Browse Publications Technical Papers 2020-01-0575

Predicting the Influence of Charge Air Temperature Reduction on Engine Efficiency, CCV and NO x -Emissions of a Large Gas Engine Using a SI Burn Rate Model 2020-01-0575

In order to meet increasingly stringent exhaust emission regulations, new engine concepts need to be developed. Lean combustion systems for stationary running large gas engines can reduce raw NOx-emissions to a very low level and enable the compliance with the exhaust emission standards without using a cost-intensive SCR-aftertreatment system. Experimental investigations in the past have already confirmed that a strong reduction of the charge air temperature even below ambient conditions by using an absorption chiller can significantly reduce NOx emissions. However, test bench operation of large gas engines is costly and time-consuming. To increase the efficiency of the engine development process, the possibility to use 0D/1D engine simulation prior to test bench studies of new concepts is investigated using the example of low temperature charge air cooling. In this context, a reliable prediction of engine efficiency and NOx-emissions is important. Furthermore, restrictions to the engine operation like increase of cycle-to-cycle fluctuations due to high excess air ratio or late combustion need to be predicted as well in the engine simulation.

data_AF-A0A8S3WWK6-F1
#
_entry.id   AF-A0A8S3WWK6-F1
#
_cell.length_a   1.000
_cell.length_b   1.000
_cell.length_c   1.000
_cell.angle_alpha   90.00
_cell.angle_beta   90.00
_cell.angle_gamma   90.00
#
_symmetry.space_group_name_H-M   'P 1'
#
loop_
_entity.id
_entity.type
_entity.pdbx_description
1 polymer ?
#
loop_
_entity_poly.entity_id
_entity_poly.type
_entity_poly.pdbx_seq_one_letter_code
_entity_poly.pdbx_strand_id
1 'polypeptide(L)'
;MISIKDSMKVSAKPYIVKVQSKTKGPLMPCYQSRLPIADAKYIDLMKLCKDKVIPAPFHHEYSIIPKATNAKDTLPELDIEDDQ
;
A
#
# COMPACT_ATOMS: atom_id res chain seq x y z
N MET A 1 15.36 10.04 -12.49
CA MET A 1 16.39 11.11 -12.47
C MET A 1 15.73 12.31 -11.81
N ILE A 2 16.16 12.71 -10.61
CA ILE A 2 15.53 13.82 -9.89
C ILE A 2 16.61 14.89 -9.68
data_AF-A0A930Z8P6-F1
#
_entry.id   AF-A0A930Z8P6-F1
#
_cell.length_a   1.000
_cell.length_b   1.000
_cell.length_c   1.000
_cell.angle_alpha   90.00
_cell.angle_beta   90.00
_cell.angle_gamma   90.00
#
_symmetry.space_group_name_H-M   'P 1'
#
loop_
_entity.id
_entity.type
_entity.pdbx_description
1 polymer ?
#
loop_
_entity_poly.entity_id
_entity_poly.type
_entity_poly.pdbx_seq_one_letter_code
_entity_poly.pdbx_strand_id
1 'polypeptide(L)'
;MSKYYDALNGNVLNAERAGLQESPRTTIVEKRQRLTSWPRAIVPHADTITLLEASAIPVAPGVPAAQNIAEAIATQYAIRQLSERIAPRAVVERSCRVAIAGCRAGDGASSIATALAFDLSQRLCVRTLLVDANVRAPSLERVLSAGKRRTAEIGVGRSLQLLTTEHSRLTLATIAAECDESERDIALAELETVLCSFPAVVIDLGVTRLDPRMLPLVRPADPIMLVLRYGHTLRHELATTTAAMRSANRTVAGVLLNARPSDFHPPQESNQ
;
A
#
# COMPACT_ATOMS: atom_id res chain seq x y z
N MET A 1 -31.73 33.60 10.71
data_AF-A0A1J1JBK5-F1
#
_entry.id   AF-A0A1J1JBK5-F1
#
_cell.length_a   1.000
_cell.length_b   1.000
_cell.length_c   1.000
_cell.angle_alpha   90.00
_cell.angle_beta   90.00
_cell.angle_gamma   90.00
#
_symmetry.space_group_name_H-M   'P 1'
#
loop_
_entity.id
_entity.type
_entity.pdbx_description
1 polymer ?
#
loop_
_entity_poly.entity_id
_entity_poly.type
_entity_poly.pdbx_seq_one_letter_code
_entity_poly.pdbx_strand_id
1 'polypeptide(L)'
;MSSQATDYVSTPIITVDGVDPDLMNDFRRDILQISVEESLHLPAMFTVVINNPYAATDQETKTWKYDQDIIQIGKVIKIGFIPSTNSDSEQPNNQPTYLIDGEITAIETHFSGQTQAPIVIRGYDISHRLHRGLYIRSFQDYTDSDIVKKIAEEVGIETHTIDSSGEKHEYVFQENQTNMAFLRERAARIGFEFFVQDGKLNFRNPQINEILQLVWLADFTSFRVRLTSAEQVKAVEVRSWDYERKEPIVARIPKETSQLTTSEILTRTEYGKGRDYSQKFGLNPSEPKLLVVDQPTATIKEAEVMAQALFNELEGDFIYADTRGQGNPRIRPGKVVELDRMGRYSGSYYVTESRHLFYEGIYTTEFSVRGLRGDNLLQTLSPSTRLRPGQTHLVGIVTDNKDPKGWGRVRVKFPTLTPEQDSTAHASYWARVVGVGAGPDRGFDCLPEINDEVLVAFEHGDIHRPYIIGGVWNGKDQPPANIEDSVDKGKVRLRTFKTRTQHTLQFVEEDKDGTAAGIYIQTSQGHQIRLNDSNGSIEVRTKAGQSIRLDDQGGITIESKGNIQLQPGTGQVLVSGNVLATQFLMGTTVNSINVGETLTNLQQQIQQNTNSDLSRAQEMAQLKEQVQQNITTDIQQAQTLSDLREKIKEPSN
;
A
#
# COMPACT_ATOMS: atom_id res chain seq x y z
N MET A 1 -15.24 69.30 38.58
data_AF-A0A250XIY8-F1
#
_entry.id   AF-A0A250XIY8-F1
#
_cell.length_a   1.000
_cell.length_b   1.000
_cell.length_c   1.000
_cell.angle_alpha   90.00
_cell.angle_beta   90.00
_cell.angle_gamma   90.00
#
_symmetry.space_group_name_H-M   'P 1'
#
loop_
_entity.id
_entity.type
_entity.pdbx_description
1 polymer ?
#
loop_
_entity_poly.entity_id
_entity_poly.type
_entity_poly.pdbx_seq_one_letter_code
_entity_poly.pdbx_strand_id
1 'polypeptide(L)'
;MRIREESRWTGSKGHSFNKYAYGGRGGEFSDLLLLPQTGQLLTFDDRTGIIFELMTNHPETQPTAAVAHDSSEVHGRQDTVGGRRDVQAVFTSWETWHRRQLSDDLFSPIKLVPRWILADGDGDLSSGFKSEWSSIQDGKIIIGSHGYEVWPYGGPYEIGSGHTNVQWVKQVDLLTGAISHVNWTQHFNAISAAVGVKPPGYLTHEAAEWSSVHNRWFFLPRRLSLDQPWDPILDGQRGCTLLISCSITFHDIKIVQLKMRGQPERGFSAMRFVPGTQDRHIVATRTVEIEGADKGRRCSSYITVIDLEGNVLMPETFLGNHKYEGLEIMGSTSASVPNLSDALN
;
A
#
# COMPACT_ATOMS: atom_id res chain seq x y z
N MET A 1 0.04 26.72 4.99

For this purposes, a combustion model originally developed for on-road SI-engines was calibrated using four operating points at standard charge air temperature. To predict the cycle-to-cycle variations, an existing model was adapted to the new combustion model. The Zeldovich mechanism for the formation of thermal NO was used to predict NOx emissions. The simulation results of the calibrated models have been compared to experimental data covering variations of air-fuel-ratio, spark timing and charge air temperature. In this comparison, the models showed a good predictive ability in terms of engine efficiency and cycle-to-cycle variation. To cope with the difference between prechamber spark plug and regular spark plug, an upscaling of the combustion model is sufficient. In order to match the measured NOx emissions, the NO formation rate needs to be increased by a factor of six in the model. Furthermore, the increase of NOx emissions with a reduction of air-fuel-ratio λ is overestimated. Nevertheless, the qualitative change of NOx emissions with changing boundary conditions is reproduced well by the model. The simulation results prove the applicability of the combustion model to large gas engines and the possibility to use 0D/1D engine simulation for the evaluation of new engine concepts. Considering the NOx model errors, the lack of a NO2 model and a general deficit of the Zeldovich mechanism at lean conditions are identified as possible reasons, which will be the subject of future work.


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